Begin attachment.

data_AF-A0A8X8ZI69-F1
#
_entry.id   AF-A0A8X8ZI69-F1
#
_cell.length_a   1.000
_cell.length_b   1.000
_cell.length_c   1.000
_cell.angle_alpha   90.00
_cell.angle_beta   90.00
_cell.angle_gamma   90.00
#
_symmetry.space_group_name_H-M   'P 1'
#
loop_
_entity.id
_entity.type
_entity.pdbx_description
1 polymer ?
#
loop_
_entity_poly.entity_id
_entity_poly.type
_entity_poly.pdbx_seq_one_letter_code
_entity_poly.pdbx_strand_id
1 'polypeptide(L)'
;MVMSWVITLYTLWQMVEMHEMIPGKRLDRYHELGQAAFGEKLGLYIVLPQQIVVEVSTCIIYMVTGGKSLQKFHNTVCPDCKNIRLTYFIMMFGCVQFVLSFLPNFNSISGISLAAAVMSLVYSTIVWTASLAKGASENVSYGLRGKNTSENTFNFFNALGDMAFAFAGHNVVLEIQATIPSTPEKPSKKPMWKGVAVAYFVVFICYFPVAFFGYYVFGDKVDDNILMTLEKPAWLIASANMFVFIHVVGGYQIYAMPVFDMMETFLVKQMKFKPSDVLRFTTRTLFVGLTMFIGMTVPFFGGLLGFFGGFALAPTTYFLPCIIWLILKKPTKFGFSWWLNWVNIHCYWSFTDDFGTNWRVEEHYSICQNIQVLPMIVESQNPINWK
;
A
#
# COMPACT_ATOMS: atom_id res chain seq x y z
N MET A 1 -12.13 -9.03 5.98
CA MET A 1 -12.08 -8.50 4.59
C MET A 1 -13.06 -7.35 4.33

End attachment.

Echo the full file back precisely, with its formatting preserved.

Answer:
data_AF-A0A8X8ZI69-F1
#
_entry.id   AF-A0A8X8ZI69-F1
#
_cell.length_a   1.000
_cell.length_b   1.000
_cell.length_c   1.000
_cell.angle_alpha   90.00
_cell.angle_beta   90.00
_cell.angle_gamma   90.00
#
_symmetry.space_group_name_H-M   'P 1'
#
loop_
_entity.id
_entity.type
_entity.pdbx_description
1 polymer ?
#
loop_
_entity_poly.entity_id
_entity_poly.type
_entity_poly.pdbx_seq_one_letter_code
_entity_poly.pdbx_strand_id
1 'polypeptide(L)'
;MVMSWVITLYTLWQMVEMHEMIPGKRLDRYHELGQAAFGEKLGLYIVLPQQIVVEVSTCIIYMVTGGKSLQKFHNTVCPDCKNIRLTYFIMMFGCVQFVLSFLPNFNSISGISLAAAVMSLVYSTIVWTASLAKGASENVSYGLRGKNTSENTFNFFNALGDMAFAFAGHNVVLEIQATIPSTPEKPSKKPMWKGVAVAYFVVFICYFPVAFFGYYVFGDKVDDNILMTLEKPAWLIASANMFVFIHVVGGYQIYAMPVFDMMETFLVKQMKFKPSDVLRFTTRTLFVGLTMFIGMTVPFFGGLLGFFGGFALAPTTYFLPCIIWLILKKPTKFGFSWWLNWVNIHCYWSFTDDFGTNWRVEEHYSICQNIQVLPMIVESQNPINWK
;
A
#
# COMPACT_ATOMS: atom_id res chain seq x y z
N MET A 1 -12.13 -9.03 5.98
CA MET A 1 -12.08 -8.50 4.59
C MET A 1 -13.06 -7.35 4.33